FAS 141(R) amends the income tax accounting guidance of FAS 109 to require that post-acquisition adjustments of valuation allowances no longer reduce goodwill or non-current assets. Instead, a reversal of a valuation allowance relating to acquired deferred tax assets will be recognized in income tax expense. An acquisition may also trigger a change in the assessment of recoverability for the buyer’s pre-acquisition-date deferred tax assets. Under FAS 141(R), such changes will be recognized through the income statement and recorded in the income tax provision. As a result, they will directly affect a company’s effective tax rate.
Adjustments to Uncertain Tax Positions
FAS 141(R) nullifies EITF 93-7, Uncertainties Related to Income Taxes in a Purchase Business Combination. Prior to FAS 141(R), adjustments to acquired tax liabilities were recorded as an adjustment to goodwill, irrespective of the time between the adjustment and the acquisition date. Under FAS 141(R), adjustments to acquisition-related uncertain tax reserves (e.g., FAS 5 or FIN 48 liabilities) will be recorded in earnings as part of the provision for income taxes, directly affecting a company’s effective tax rate.
Exception for Qualified Measurement Period Adjustments
The measurement period gives the acquirer up to one year after the acquisition date to obtain information and adjust the initial amounts recognized for a business combination. During the measurement period, any changes to a valuation allowance or uncertain tax position that was recorded as part of the acquisition as a result of additional insight into the facts and circumstances that existed at the acquisition date are recorded as an adjustment to goodwill. Adjustments after the measurement period, or based on new information uncovered within the measurement period, will be recorded in earnings as part of the provision for income taxes.
Excess Tax-Deductible Goodwill
FAS 141(R) also calls for recognition of a deferred tax asset equaling the income tax benefit of tax-deductible goodwill in excess of book goodwill at the acquisition date. Under prior rules, such a tax benefit was only recognized in the reporting period during which the deduction was actually taken on the company’s tax return. Recording the deferred tax asset for the excess tax goodwill on the acquisition date correspondingly increases the fair value of acquired net assets and decreases goodwill recorded under acquisition accounting for financial reporting purposes.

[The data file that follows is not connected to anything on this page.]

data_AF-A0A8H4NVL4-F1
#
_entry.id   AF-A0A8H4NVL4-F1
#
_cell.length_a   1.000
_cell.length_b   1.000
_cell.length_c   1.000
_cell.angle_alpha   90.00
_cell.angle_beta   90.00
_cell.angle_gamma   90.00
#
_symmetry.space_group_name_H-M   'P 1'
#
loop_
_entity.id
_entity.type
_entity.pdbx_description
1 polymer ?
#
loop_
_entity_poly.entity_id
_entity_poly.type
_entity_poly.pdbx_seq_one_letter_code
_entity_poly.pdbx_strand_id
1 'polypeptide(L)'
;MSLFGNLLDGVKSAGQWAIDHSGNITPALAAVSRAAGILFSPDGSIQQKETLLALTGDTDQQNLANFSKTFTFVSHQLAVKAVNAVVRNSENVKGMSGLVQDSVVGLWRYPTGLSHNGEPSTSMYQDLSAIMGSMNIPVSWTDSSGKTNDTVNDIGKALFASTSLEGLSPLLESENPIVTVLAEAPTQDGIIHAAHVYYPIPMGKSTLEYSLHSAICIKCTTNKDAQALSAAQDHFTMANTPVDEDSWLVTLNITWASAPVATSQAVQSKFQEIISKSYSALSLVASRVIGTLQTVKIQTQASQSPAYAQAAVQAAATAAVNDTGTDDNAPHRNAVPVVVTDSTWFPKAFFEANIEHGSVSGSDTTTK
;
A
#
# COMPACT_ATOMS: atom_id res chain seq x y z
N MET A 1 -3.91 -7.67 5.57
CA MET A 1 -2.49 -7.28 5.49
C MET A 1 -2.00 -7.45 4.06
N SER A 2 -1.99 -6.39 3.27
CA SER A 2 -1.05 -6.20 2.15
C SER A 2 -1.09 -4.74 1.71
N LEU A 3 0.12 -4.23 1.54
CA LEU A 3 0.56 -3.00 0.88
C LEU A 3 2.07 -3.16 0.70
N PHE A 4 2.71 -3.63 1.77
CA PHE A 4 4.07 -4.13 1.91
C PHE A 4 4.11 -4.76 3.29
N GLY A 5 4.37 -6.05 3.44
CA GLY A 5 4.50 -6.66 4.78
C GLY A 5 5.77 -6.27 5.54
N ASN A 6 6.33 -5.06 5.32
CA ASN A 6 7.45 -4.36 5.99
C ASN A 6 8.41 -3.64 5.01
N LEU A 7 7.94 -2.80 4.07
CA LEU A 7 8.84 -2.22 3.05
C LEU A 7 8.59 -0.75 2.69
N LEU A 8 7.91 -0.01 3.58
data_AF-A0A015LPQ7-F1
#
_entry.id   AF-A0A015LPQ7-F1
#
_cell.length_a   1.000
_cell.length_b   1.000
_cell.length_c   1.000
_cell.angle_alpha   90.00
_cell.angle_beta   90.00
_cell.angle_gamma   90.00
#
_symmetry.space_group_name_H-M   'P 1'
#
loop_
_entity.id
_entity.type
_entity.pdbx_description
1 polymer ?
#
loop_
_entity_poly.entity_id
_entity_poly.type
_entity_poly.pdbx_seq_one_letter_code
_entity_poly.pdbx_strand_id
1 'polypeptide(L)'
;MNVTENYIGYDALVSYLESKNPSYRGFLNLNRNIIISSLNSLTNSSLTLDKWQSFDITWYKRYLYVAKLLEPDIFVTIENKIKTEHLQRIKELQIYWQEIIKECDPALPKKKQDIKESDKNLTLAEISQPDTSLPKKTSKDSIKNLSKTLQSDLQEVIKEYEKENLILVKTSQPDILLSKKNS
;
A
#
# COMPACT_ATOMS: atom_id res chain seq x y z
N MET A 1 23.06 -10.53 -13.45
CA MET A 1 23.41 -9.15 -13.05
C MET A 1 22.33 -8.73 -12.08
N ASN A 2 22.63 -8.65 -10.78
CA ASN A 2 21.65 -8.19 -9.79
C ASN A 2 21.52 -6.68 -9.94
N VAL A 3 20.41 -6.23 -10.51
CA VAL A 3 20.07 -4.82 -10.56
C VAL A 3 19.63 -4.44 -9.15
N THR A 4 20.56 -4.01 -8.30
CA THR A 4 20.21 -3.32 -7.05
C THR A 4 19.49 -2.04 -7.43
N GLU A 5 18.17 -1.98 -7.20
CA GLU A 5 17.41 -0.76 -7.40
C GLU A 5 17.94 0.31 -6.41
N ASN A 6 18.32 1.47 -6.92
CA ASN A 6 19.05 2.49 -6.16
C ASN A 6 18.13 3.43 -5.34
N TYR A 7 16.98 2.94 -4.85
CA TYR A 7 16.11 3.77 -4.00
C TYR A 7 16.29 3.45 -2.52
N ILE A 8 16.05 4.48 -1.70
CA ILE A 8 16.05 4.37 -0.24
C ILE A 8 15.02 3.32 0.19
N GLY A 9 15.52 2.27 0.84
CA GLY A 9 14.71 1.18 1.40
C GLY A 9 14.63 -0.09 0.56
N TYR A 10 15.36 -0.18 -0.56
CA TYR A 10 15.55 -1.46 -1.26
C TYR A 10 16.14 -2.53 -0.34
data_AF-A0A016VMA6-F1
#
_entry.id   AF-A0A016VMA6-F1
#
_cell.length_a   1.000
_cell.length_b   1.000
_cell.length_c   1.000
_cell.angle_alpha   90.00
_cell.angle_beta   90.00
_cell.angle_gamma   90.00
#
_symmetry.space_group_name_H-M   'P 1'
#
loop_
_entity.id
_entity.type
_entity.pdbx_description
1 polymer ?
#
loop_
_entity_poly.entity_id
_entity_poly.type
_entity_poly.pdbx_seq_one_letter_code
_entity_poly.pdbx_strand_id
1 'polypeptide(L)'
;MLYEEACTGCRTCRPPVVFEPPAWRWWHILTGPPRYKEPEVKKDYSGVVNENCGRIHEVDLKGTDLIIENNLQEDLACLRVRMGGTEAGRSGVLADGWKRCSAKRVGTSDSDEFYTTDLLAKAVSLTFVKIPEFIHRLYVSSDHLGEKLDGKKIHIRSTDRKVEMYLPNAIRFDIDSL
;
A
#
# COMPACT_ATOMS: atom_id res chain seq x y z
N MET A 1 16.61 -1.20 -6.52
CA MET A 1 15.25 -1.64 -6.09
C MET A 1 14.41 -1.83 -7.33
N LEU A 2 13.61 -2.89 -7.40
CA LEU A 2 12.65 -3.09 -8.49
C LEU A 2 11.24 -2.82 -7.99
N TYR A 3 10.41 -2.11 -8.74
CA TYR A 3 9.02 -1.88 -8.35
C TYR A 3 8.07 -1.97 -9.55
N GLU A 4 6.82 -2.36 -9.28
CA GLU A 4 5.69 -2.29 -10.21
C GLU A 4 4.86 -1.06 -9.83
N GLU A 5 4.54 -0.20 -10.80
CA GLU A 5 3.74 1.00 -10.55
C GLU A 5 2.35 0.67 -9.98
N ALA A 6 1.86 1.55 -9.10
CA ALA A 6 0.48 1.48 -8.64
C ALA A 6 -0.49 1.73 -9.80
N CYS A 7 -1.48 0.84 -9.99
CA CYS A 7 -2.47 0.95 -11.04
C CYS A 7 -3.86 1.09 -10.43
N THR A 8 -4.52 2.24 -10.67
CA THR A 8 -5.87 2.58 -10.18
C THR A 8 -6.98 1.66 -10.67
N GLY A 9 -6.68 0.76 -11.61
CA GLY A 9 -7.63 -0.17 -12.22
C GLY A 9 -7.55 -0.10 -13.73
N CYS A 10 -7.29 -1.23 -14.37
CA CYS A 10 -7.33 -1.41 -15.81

Tax departments need to develop an understanding of the new FAS 141(R), as many issues will be changing for calendar-year-end companies in the first quarter of 2009, affecting the calculation of the 2009 effective tax rate estimate. Tax directors and client advisors alike should be considering what previous acquisition activity will be affected by FAS 141(R). Review balances from before FAS 141(R) was adopted — is there any valuation allowance or unrecognized tax reserves that could relate back to an acquisition? Do existing tax accounting procedures and records have visibility to track tax attributes to distinguish acquisition-related items (and from which acquisition)? A&M suggests that companies proactively document tax balances of deferred items, valuation allowances and uncertain tax positions. Companies should also track future reversals of identified reserves to avoid errors in reporting, revise their accounting policies and procedures to differentiate between existing tax reserves and those acquired as part of a business combination, and allow enough time to evaluate and measure accounting for the transaction as of the acquisition date. For any current mergers and acquisitions activity, companies will need to carefully assess the accounting for acquisitions that are in process in late 2008.
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Alvarez & Marsal Taxand, LLC distributes a complimentary electronic newsletter to subscribers on a weekly basis. A&M Tax Advisor Weekly provides comprehensive and timely insight on a wide range of taxation issues including international tax, state and local tax, incentives and current issues. Readers are reminded that they should not consider these documents to be a recommendation to undertake any tax position, nor consider the information contained therein to be complete. Before any item or treatment is reported, or excluded from reporting on tax returns, financial statements, or any other document, for any reason, readers should thoroughly evaluate their specific facts and circumstances, and obtain the advice and assistance of qualified tax advisors. The information reported in these releases may not continue to apply to a reader's situation due to changing laws and associated authoritative literature, and readers are reminded to consult with their tax or other professional advisors before determining if any information contained herein remains applicable to their facts and circumstances.
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Cheria Coram, Senior Associate, contributed to this article.
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|11/04/08||Transaction Cost Analyses — A Kinder, Gentler IRS?|
|08/18/08||Update on Convergence of Income Tax Accounting Standards FAS 109 and IAS 12|
|12/20/07||Acquiring Loss Corporations — Commonly Encountered Rules, Pitfalls and Strategies|